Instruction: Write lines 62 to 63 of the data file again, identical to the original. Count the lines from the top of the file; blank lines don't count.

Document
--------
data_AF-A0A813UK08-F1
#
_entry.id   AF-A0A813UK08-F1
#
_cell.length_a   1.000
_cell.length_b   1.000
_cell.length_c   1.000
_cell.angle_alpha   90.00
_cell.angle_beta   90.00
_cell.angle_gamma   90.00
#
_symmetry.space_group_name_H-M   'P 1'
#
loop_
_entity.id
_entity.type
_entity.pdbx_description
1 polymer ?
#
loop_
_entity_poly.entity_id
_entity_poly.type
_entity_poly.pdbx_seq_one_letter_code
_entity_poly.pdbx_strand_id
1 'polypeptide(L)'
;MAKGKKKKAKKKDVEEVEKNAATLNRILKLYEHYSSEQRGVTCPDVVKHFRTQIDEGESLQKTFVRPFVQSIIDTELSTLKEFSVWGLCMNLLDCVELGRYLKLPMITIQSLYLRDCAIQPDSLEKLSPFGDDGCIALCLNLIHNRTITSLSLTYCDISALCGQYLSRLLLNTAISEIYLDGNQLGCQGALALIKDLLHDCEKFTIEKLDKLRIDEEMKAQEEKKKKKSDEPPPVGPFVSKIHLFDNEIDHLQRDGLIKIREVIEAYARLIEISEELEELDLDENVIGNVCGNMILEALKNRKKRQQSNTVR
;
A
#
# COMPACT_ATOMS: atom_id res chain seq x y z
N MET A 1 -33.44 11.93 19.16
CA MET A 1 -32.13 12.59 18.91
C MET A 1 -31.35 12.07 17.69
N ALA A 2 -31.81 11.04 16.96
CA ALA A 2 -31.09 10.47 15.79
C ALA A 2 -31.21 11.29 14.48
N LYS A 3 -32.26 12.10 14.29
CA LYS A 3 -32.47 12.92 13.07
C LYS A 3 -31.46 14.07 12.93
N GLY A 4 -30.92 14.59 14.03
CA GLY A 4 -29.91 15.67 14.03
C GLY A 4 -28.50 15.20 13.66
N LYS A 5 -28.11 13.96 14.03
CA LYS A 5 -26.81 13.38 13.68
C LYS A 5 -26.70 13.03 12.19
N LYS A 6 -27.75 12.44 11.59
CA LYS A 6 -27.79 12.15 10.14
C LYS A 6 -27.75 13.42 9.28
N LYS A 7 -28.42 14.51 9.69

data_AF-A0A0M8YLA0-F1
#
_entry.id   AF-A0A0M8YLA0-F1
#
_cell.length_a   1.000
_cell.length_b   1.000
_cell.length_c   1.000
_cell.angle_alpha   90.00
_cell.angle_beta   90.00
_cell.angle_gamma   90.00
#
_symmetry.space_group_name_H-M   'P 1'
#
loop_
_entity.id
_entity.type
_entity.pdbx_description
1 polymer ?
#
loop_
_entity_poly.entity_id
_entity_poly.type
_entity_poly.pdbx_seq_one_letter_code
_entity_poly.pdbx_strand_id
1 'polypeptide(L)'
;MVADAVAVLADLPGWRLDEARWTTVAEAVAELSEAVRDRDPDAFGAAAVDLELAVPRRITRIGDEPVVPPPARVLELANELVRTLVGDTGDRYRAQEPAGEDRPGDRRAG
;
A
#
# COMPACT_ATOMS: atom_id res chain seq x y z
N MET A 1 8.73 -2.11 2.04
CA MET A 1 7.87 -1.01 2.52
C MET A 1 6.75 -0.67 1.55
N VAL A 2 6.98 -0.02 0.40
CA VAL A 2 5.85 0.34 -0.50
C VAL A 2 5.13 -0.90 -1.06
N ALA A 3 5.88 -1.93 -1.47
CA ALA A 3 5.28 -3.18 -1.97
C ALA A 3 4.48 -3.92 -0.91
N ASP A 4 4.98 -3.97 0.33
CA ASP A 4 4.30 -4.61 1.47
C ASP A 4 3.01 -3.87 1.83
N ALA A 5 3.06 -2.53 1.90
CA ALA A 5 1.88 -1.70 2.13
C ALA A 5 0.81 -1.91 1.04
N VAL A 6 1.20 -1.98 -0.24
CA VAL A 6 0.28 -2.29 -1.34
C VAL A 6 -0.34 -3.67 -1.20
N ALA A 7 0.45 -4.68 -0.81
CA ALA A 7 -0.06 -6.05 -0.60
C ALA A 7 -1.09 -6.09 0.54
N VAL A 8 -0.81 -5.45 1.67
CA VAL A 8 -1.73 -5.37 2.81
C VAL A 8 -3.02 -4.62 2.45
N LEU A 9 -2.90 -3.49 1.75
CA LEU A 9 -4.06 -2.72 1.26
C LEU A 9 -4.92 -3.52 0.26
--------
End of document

#
loop_